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Salifu Amankwah: The police officer who brutalized traders at Circle, killed accountant but was freed by Rawlings



According to previous publications by GhanaWeb and a book titled The ‘Yendi Chieftaincy Trials of 1978’ which was written by George Agyekum, the former chairman of the Board of Public Tribunals, Warrant Officer, Salifu Amankwah was a man many people feared.

Warrant Officer, Salifu Amankwah who was a military officer all his life was drafted into the police by the Provisional National Defence Council led by Jerry John Rawlings as the commander of the Kwame Nkrumah Circle Unit in the early 1980s.

His unit per the report was engaged in illegal arrests and brutalization of suspects. In short, Salifu Amankwah and his gang of police officers were law unto themselves.

The worst however happened in 1986 when he allegedly killed a man who was an accountant at Circle, Accra.

The Tribunal which was headed by George Agyekum found him guilty and sentenced him to death in 1986.

He appealed the sentencing but was granted pardon by JJ Rawlings in 1988 even before the appeal could be heard.

Upon release, he was reintegrated into the police force and continued his role as a member of the police task force in charge of traffic.

On December 12, 2006, Salifu Amankwa died in Tamale and was buried in accordance with Islam custom.

Below is an excerpt from George Agyekum’s book detailing how he was freed.

‘In fact, the exercise was laudable but it was incomplete. As stated, four case dockets were initially filed and one more added later to make five, but the exercise was abandoned mid-stream by us as sign of protest. A court protesting? Yes, but we had no choice. The politicians had undermined the trials so much that it was not worth sitting in Tamale and taking the risks we took daily in that very hostile environment. And it was all because of Salifu Amankwah. When we were in Tamale doing the chieftaincy trails, we were also trying Salifu Amankwah for the murder of a 70-year-old man Mr. Norbert Robert Quashie, a retired Accountant of the COCOBOD in Accra.

Everything had been done by the powers that be to avert the trial and the then Attorney General taking the case to the tribunal was a shock to them. They wanted a trial at the High Court. Mr. G.E.K. Aikins exercised his discretion differently. After an attempt to ward off the potential witness failed and the witness appeared and testified the die was cast. (It was an anonymous letter I received that showed me the police cells the principal witness, a teenager, had been thrown into, before I sent the investigator to check. This led to his subsequent release and the witness appearing to testify).

They decided to find a way of saving him. When we were in Tamale, some demonstrating students of the University of Ghana had also been arrested and put on trial. I was opposed to the trial of the students.

Even though legally it was true they demonstrated without authority, it was my humble view that a trial and conviction would ruin their careers, as they were young, but most importantly at school many of us were also ring leaders (we broke some hearts) who took part in all kinds of demonstrations if we had been tried and convicted, we wouldn’t have grown up to become lawyers and other professionals. I strongly felt there were other ways of punishing them, than the trial and conviction. I carried my protest and view to every level of government and I remember in Tamale, I was making calls upon calls to Accra on the on-going trial of the students. The students were tried but after the trial, the government had a change of heart. I was in Accra from Tamale when I had a phone call about a government announcement to be made on the student’s case. I was told I could see it before the announcement was made since I had been advocating their cause. Well, why not? So enter a bodyguard with the statement, good, but the last paragraph was bad: The PNDC has also changed the offence of Salifu AMANKWAH FROM MURDER TO MANSLAUGHTER. What has that got to do with the student’s case? I questioned. Apparently it was a trade-off.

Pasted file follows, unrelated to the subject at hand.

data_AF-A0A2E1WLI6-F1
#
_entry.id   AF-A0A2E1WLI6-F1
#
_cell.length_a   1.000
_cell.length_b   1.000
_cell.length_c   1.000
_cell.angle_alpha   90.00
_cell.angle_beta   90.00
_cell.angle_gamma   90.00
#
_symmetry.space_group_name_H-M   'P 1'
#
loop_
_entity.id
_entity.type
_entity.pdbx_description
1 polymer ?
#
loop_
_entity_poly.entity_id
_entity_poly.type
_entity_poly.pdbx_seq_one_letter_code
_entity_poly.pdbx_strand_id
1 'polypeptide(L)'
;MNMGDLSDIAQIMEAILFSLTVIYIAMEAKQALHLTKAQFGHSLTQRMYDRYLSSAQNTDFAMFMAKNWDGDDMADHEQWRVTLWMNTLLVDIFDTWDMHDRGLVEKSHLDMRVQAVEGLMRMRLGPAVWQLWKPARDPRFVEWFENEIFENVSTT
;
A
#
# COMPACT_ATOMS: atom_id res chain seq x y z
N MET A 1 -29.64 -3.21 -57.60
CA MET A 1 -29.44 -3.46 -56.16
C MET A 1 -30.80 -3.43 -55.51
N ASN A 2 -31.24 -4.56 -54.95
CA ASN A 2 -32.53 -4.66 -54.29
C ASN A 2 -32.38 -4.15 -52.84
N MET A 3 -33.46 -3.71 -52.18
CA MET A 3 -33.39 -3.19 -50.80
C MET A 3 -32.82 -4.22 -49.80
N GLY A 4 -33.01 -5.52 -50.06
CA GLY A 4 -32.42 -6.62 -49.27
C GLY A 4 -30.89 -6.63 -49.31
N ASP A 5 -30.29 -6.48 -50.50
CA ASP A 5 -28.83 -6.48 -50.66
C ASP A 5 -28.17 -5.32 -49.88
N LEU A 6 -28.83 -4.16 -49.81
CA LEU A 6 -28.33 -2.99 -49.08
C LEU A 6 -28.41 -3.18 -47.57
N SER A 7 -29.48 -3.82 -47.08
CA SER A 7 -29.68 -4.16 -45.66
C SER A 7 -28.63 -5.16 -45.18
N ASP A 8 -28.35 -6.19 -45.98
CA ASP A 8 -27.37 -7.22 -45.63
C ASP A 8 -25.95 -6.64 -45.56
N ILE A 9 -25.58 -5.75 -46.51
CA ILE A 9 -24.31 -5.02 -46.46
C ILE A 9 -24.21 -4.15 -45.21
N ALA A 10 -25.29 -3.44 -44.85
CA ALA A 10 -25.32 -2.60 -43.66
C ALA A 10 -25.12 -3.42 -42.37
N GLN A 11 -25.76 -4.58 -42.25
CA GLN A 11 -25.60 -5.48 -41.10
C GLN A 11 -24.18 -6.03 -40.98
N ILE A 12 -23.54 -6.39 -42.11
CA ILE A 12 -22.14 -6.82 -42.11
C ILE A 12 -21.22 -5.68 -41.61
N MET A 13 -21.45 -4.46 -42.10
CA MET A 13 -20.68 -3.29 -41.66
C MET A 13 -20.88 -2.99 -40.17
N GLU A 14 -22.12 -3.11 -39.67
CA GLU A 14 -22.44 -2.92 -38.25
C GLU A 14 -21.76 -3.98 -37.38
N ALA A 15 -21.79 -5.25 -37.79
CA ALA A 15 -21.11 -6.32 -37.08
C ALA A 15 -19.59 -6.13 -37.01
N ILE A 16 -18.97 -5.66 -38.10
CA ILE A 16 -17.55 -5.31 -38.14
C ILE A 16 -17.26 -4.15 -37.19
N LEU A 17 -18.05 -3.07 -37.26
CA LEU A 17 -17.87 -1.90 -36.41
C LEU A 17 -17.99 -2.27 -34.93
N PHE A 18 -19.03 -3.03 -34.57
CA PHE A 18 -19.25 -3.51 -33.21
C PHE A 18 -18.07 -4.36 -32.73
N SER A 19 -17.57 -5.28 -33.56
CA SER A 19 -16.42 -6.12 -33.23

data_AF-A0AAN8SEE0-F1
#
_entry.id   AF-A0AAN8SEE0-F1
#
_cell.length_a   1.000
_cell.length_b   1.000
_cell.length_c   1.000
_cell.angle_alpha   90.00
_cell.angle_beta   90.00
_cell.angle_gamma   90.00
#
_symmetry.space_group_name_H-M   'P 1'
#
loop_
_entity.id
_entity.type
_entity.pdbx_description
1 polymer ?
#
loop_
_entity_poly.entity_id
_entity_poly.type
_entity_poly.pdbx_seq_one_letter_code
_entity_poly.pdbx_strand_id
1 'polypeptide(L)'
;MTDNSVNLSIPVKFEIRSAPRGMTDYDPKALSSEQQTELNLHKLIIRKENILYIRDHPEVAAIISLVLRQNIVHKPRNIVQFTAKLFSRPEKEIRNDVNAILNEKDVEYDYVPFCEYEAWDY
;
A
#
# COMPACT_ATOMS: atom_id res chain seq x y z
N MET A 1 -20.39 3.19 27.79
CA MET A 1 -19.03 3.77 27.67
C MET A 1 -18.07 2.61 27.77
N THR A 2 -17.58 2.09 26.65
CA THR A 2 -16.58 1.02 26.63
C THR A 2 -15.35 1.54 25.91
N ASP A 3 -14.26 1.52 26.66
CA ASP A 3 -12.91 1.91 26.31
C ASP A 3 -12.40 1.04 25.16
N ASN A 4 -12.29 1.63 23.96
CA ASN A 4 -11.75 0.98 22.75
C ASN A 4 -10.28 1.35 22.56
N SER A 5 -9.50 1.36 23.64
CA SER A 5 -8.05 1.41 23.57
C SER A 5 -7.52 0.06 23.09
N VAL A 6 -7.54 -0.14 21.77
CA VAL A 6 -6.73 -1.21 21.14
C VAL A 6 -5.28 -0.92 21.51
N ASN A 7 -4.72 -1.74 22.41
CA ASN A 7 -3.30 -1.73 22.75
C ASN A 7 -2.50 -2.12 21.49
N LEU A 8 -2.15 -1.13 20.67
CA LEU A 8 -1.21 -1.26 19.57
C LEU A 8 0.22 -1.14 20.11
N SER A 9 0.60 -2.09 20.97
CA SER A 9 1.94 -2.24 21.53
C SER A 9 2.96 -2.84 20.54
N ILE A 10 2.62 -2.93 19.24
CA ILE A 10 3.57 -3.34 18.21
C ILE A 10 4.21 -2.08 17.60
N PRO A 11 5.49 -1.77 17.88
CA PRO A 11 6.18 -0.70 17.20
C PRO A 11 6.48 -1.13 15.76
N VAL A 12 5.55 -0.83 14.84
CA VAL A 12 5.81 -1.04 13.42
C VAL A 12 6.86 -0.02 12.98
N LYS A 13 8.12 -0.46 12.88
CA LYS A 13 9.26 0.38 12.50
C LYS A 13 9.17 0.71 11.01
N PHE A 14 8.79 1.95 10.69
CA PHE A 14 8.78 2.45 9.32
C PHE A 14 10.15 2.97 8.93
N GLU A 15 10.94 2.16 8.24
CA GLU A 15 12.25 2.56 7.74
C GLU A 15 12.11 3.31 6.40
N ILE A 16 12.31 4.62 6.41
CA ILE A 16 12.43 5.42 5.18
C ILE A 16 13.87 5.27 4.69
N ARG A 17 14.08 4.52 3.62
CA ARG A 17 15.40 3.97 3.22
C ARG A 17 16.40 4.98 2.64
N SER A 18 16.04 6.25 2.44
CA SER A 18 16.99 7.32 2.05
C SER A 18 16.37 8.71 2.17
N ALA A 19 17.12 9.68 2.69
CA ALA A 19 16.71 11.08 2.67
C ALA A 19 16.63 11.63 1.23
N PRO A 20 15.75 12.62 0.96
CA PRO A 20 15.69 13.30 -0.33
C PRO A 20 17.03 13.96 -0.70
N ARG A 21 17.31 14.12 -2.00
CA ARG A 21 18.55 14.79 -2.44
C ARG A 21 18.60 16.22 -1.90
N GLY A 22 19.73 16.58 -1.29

Is the PNDC the prosecutor? Did they prefer the charges? I asked. If they make the announcement we shall not recognize it in court, I threatened. After several to and fro with the press release, it eventually came on the air at 6 o’clock without the Salifu Amankwa bit. Has sanity prevailed? Yes, but not for long.

George Agyekum was called some weeks afterwards by Madam. She wanted to know if something could be done to help Salifu Amankwah, the reason being that since he took over the watching of their assets in the Accra metropolis, theft of her movement’s properties have subsided. Prior to his taking over there was frequent stealing of their properties, especially at the Trade Fair Centre. His conviction and sentence will no doubt affect the movement’s operations, she lamented. George Agyekum wanted to know the basis for which Salifu Amankwah from the evidence killed the man and displayed the body at a parade of over twenty five men or so , boasting of the act and still fearing to face the consequences of his act. I met my panel members after this meeting and it was a consensus that we should strictly go by the evidence on record.

Salifu Amankwah was eventually found guilty of the murder charge and was sentenced to death. But not for long. He had also finished two of the five Tamale cases and we were in Accra doing our pending Accra cases and working out with the prosecutors when to go back and complete the remaining cases. Then the bombshell: Salifu Amankwah was released from prison but that was not all.


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